“I personally like to make a spreadsheet, have my total budget set, then break that budget down per person,” wrote Moorhouse. “This way I’ve given myself a clear limit on how much I’m going to spend and it honestly forces me to try to find deals or coupon codes to get what I want for the price I am comfortable with.”

2. Have courageous conversations

Making a list of planned purchases is a good practice. But try going deeper; ask why you’re spending money in each instance. 

“Make sure that your holiday season reflects what your core values are,” Knox says. “For some people, that may be a time to explore questions like, ‘hey, are we just buying stuff for the sake of buying stuff?’”

Aligning your spending with your values can reveal places to cut back and save — and bring satisfaction when you affirm that you’re spending on things that actually matter to you.

This exercise might require what Knox calls “courageous conversations.” That could mean talking about spending with a partner who has a different outlook on money. It could mean having a group conversation with friends or family about putting a dollar-limit on gifts.    

“Although it may seem difficult to broach the subject at first because talking about money can be uncomfortable, it will make more people at ease because remember, you’re likely not the only one worried about money or having to stick to a strict budget,” Moorhouse said.

3. Get creative

Once you have a plan in place, it’s time to get to work saving and shopping. Use these tips to stretch your dollars even further. 

Use a high-interest savings account (HISA) to boost savings. Put your money to work while it waits for shopping season. Compare what you currently earn to the best HISA interest rate to see if you could earn even more.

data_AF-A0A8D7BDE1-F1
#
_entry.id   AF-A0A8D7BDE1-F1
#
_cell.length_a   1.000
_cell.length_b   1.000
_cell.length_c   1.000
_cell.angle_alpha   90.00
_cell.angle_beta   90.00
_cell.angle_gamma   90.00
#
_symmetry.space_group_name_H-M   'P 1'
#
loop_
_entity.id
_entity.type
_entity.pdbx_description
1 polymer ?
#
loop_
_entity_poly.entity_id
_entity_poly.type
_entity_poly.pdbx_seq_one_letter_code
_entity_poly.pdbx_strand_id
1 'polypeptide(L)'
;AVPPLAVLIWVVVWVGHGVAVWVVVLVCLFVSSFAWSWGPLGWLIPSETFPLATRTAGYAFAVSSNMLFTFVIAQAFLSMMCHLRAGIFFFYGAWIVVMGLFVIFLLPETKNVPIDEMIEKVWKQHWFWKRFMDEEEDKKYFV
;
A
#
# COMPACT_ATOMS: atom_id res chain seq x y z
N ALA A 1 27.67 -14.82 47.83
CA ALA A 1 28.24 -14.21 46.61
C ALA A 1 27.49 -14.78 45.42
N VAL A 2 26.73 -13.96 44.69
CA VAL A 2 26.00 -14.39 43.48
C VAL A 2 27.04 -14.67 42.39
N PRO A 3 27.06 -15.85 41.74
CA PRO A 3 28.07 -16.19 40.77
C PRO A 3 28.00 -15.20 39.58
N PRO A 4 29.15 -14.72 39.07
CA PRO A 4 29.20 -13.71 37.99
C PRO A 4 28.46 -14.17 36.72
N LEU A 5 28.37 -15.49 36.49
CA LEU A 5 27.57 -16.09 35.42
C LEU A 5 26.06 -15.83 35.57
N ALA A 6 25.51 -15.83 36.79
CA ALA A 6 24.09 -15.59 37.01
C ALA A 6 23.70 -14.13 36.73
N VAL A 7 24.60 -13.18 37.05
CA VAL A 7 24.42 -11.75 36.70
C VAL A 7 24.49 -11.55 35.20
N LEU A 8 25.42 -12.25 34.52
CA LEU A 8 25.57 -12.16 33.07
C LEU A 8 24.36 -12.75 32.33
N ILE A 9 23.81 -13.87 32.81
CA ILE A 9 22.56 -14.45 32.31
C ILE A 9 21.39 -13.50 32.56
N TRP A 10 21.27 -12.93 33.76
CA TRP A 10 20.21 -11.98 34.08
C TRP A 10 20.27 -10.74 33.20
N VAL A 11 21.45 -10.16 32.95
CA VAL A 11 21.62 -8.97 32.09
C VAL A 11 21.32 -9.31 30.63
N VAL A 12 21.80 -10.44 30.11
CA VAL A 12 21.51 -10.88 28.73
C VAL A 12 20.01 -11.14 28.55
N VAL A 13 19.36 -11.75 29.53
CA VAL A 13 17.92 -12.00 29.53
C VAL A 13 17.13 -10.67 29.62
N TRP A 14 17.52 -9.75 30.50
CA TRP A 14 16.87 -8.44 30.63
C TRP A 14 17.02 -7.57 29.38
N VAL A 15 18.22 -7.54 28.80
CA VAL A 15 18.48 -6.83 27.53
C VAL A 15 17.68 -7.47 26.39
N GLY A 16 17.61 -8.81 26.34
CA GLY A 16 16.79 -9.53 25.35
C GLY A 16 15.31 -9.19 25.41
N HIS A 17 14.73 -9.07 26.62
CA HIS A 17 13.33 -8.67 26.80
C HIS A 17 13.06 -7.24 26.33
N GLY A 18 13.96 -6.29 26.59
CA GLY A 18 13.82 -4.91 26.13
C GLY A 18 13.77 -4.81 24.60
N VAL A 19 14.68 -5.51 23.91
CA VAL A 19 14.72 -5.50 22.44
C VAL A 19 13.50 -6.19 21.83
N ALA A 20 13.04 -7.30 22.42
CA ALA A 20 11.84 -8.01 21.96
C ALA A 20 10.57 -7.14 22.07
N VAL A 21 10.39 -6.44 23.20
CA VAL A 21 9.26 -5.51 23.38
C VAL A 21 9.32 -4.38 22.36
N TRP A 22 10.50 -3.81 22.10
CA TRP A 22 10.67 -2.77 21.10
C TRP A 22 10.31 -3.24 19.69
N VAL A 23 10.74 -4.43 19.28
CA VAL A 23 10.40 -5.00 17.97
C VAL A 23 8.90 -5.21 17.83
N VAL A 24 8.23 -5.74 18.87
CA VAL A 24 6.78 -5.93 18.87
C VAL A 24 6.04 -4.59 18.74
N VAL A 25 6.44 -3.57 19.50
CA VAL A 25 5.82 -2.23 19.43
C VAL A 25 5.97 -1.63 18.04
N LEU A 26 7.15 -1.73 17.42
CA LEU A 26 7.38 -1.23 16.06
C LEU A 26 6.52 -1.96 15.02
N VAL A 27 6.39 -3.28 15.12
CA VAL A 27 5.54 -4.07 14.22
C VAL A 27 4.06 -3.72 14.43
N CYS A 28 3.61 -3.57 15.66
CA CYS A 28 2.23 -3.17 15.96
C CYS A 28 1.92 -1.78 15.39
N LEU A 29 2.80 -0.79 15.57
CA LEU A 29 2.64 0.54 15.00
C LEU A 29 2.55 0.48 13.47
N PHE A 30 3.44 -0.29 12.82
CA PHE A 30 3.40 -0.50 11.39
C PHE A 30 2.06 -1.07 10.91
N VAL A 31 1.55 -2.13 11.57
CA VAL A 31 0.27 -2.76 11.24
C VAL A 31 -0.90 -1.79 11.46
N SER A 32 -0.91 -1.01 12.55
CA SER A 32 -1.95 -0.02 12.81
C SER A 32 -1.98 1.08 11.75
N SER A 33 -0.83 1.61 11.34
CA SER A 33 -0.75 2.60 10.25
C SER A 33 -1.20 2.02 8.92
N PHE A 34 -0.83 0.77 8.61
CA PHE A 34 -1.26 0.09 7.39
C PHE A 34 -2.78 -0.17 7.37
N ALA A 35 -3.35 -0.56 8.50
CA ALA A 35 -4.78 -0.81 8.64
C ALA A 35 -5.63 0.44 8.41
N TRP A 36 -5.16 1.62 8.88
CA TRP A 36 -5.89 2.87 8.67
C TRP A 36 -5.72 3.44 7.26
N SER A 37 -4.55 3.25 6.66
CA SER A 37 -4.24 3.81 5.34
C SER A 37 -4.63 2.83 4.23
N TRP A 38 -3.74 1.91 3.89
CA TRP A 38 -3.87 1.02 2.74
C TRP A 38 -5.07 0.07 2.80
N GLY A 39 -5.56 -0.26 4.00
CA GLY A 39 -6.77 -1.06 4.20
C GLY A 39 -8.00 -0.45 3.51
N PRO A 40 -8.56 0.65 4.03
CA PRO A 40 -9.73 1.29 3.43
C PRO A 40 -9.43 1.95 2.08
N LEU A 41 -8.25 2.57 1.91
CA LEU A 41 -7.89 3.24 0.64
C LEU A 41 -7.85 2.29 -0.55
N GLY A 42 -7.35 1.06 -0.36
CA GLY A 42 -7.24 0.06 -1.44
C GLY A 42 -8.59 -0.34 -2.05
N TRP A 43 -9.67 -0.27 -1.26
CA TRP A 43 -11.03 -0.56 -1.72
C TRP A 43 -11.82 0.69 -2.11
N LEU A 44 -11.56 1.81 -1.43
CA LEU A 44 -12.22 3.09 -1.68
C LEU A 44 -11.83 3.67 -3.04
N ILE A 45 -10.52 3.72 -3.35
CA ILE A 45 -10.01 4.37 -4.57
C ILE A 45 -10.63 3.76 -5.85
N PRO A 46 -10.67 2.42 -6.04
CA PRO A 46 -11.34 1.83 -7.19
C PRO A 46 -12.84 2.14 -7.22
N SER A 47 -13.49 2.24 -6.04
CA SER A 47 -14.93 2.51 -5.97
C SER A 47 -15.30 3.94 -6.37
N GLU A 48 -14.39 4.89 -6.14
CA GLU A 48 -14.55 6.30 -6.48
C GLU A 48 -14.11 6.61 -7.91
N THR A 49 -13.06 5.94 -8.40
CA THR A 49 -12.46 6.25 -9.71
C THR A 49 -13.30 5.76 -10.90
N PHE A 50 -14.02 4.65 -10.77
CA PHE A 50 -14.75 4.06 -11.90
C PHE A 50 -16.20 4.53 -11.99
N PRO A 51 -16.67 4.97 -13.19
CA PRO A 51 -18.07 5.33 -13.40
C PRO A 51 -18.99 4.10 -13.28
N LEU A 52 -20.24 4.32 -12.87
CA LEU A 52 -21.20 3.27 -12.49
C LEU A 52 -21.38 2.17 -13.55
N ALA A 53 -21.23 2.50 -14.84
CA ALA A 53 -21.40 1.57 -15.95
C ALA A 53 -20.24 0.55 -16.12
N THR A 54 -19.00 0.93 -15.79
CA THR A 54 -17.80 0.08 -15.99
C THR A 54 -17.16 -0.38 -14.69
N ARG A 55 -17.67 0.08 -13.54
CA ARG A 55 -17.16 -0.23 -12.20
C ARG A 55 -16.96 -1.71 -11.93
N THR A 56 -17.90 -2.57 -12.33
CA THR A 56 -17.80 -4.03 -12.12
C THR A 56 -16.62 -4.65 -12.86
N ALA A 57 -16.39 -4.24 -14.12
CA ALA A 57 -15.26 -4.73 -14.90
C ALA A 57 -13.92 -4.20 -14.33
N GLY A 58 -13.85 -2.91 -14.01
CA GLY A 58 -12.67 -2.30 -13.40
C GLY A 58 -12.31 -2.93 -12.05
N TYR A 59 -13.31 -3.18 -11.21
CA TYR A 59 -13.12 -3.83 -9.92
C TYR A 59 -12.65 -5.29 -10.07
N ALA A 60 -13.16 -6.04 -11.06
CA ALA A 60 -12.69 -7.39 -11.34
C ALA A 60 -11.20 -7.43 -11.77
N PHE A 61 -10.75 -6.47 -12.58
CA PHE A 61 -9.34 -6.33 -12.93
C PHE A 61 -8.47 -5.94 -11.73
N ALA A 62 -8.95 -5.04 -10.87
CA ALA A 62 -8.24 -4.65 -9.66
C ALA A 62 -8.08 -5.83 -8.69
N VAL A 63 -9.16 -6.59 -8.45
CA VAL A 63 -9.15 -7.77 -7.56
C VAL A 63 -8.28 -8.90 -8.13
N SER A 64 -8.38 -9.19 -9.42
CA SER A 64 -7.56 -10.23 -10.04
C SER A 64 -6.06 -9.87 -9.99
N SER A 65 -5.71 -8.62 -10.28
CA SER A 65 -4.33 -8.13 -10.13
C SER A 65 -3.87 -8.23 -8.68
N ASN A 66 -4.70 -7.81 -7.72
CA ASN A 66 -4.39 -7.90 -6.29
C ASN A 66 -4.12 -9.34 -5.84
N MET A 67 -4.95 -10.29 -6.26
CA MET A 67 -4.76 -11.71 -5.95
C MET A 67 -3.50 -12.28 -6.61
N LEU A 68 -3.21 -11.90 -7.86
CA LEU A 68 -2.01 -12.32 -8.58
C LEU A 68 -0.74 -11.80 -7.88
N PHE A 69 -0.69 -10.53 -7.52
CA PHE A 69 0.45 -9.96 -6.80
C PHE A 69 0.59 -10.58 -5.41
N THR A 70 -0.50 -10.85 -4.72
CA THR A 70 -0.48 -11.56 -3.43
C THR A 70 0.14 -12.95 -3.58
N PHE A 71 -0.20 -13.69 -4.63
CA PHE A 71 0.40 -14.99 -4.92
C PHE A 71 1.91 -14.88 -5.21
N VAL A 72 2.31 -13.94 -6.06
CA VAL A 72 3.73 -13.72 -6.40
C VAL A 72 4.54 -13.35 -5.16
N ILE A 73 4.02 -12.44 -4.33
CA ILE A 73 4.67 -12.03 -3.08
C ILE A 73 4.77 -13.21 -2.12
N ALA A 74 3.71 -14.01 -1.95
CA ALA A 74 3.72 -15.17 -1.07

Get rewarded for shopping strategically. Credit card rewards can help you pay for travel, give you cash back or help you save on groceries. Shopping sites such as Rakuten pay you if you start your shopping on their site instead of going to a merchant’s website directly.

Let the robots help you. Use a price tracker to see what the historic price range for an item has been so you don’t have to sort through a dozen open browser tabs. Camel Camel Camel has a popular tracker that’s made specifically to track prices on Amazon. Honey is a browser extension that scours the internet for promo codes and coupons for specific sites so you don’t have to. 

Tap into the expertise of deal hunters. Some people love plumbing the depths of the internet for a great deal. If that’s not you, that’s OK. Instead, go to where deal-finding sleuths share their discoveries: online message boards. Kate Musgrove is director at, which hosts such a forum and has hundreds of thousands of users. “The community is really lifted by the people who are super bargain hunters, but also really lifted by people who are just doing a little bit of research before they go to the store,” she says. You can post a question directly on the forum or set up a notification for a specific keyword, like a store or specific product you’re shopping for. Whenever someone else mentions it in a post, you’ll be notified. 

To avoid overspending in December, spend time now committing to a realistic budget that matches your values. When the season picks up, shop strategically to get more out of your dollar. Ultimately, the goal isn’t to stop yourself from spending; it’s to put you in control of it.